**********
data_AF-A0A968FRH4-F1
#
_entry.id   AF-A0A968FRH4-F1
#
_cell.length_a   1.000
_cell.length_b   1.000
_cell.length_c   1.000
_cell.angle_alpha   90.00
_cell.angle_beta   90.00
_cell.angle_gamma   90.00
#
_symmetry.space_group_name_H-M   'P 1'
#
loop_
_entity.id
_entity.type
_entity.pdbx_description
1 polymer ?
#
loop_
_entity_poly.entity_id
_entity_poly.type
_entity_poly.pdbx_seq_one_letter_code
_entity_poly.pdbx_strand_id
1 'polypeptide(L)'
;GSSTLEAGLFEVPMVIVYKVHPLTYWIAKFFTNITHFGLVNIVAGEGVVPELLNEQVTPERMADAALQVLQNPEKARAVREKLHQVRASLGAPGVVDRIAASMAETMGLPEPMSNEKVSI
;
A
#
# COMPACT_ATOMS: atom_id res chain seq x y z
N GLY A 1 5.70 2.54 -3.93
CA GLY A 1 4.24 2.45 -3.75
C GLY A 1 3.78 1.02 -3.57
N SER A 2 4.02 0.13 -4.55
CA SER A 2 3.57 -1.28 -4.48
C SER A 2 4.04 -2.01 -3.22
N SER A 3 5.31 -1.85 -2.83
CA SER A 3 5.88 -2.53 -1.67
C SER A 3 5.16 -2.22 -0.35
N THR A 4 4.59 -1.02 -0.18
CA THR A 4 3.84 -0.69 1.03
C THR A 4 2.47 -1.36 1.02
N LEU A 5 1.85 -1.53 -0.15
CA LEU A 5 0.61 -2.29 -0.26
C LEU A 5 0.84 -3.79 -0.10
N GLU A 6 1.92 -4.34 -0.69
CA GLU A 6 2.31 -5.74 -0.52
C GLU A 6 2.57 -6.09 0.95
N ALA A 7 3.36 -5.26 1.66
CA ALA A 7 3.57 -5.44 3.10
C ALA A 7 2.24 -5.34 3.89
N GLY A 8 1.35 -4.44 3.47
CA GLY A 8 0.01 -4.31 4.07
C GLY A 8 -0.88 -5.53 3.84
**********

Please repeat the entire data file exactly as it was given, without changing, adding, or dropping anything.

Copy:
data_AF-A0A968FRH4-F1
#
_entry.id   AF-A0A968FRH4-F1
#
_cell.length_a   1.000
_cell.length_b   1.000
_cell.length_c   1.000
_cell.angle_alpha   90.00
_cell.angle_beta   90.00
_cell.angle_gamma   90.00
#
_symmetry.space_group_name_H-M   'P 1'
#
loop_
_entity.id
_entity.type
_entity.pdbx_description
1 polymer ?
#
loop_
_entity_poly.entity_id
_entity_poly.type
_entity_poly.pdbx_seq_one_letter_code
_entity_poly.pdbx_strand_id
1 'polypeptide(L)'
;GSSTLEAGLFEVPMVIVYKVHPLTYWIAKFFTNITHFGLVNIVAGEGVVPELLNEQVTPERMADAALQVLQNPEKARAVREKLHQVRASLGAPGVVDRIAASMAETMGLPEPMSNEKVSI
;
A
#
# COMPACT_ATOMS: atom_id res chain seq x y z
N GLY A 1 5.70 2.54 -3.93
CA GLY A 1 4.24 2.45 -3.75
C GLY A 1 3.78 1.02 -3.57
N SER A 2 4.02 0.13 -4.55
CA SER A 2 3.57 -1.28 -4.48
C SER A 2 4.04 -2.01 -3.22
N SER A 3 5.31 -1.85 -2.83
CA SER A 3 5.88 -2.53 -1.67
C SER A 3 5.16 -2.22 -0.35
N THR A 4 4.59 -1.02 -0.18
CA THR A 4 3.84 -0.69 1.03
C THR A 4 2.47 -1.36 1.02
N LEU A 5 1.85 -1.53 -0.15
CA LEU A 5 0.61 -2.29 -0.26
C LEU A 5 0.84 -3.79 -0.10
N GLU A 6 1.92 -4.34 -0.69
CA GLU A 6 2.31 -5.74 -0.52
C GLU A 6 2.57 -6.09 0.95
N ALA A 7 3.36 -5.26 1.66
CA ALA A 7 3.57 -5.44 3.10
C ALA A 7 2.24 -5.34 3.89
N GLY A 8 1.35 -4.44 3.47
CA GLY A 8 0.01 -4.31 4.07
C GLY A 8 -0.88 -5.53 3.84